Psychopathic and Antisocial Personality Disorder Traits As Predictors of Reactive and Instrumental Aggression

Description:

Aggression has traditionally been subdivided into two correlated, but distinct, subtypes: reactive and instrumental. Reactive aggression (RA) is considered impulsive, emotionally driven behavior, whereas instrumental aggression (IA) is planned and incentive-motivated. This thesis examines the relationships between RA, IA, psychopathy, and antisocial personality disorder (APD) symptoms in male and female offenders recruited from a jail in north Texas. Contrary to predictions, psychopathic traits did not account for more variance in aggression than did APD symptoms. Impulsivity demonstrated slight incremental validity over psychopathy for RA, and to a lesser degree, IA. the continued utility of the reactive-instrumental distinction and implications for professional practice in relation to the current study are examined. Study limitations and directions for future research are discussed.

Creator(s): Steadham, Jennifer A.
Creation Date: May 2012
Partner(s):
UNT Libraries
Collection(s):
UNT Theses and Dissertations
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Total Uses: 622
Past 30 days: 20
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Creator (Author):
Publisher Info:
Publisher Name: University of North Texas
Publisher Info: www.unt.edu
Place of Publication: Denton, Texas
Date(s):
  • Creation: May 2012
Description:

Aggression has traditionally been subdivided into two correlated, but distinct, subtypes: reactive and instrumental. Reactive aggression (RA) is considered impulsive, emotionally driven behavior, whereas instrumental aggression (IA) is planned and incentive-motivated. This thesis examines the relationships between RA, IA, psychopathy, and antisocial personality disorder (APD) symptoms in male and female offenders recruited from a jail in north Texas. Contrary to predictions, psychopathic traits did not account for more variance in aggression than did APD symptoms. Impulsivity demonstrated slight incremental validity over psychopathy for RA, and to a lesser degree, IA. the continued utility of the reactive-instrumental distinction and implications for professional practice in relation to the current study are examined. Study limitations and directions for future research are discussed.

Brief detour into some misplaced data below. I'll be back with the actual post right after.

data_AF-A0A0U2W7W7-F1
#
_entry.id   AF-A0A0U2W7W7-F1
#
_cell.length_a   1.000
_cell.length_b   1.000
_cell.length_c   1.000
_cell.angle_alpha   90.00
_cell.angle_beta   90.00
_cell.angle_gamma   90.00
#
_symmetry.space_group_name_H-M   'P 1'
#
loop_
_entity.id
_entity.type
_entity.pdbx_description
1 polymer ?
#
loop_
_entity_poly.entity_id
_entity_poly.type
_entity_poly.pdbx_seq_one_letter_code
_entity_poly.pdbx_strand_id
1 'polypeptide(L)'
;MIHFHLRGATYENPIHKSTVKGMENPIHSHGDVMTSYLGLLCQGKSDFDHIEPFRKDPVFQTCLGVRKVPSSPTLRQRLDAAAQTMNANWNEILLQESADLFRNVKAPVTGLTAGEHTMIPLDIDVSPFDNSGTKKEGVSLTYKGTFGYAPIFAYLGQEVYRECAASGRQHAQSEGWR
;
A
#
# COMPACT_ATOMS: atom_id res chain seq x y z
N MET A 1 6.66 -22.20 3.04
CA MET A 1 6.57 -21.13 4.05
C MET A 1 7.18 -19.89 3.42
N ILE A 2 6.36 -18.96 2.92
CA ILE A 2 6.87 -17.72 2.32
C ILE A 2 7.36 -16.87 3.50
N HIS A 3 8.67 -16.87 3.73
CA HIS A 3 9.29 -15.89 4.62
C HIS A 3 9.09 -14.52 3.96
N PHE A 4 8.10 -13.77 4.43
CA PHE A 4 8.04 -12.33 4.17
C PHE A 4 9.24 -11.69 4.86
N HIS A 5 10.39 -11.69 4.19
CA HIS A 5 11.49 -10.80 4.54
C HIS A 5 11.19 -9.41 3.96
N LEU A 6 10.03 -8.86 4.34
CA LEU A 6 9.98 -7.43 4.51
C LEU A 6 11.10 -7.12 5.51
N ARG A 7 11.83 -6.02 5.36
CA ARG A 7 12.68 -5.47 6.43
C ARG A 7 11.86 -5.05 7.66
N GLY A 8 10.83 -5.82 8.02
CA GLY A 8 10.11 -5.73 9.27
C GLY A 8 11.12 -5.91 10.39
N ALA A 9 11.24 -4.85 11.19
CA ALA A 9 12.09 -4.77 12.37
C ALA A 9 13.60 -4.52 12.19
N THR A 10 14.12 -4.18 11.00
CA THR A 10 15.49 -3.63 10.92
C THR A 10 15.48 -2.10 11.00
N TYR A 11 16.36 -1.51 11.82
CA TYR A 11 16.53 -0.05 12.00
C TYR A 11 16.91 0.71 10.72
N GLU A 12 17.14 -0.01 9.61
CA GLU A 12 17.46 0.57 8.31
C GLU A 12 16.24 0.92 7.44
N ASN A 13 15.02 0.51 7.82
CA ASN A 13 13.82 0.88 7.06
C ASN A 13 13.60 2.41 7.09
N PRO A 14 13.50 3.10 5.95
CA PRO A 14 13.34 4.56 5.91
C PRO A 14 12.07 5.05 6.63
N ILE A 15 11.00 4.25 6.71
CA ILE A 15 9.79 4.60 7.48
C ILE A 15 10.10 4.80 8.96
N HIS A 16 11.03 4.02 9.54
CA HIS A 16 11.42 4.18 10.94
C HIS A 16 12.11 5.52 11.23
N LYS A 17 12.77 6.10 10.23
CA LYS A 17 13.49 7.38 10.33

Degree:
Discipline: Psychology
Level: Master's
PublicationType: Thesi
Language(s):
Subject(s):
Keyword(s): Reactive aggression | psychopathy | instrumental aggression | impulsivity
Contributor(s):
Partner:
UNT Libraries
Collection:
UNT Theses and Dissertations
Identifier:
  • ARK: ark:/67531/metadc115167
Resource Type: Thesis or Dissertation
Format: Text
Rights:
Access: Public
Holder: Steadham, Jennifer A.
License: Copyright
Statement: Copyright is held by the author, unless otherwise noted. All rights Reserved.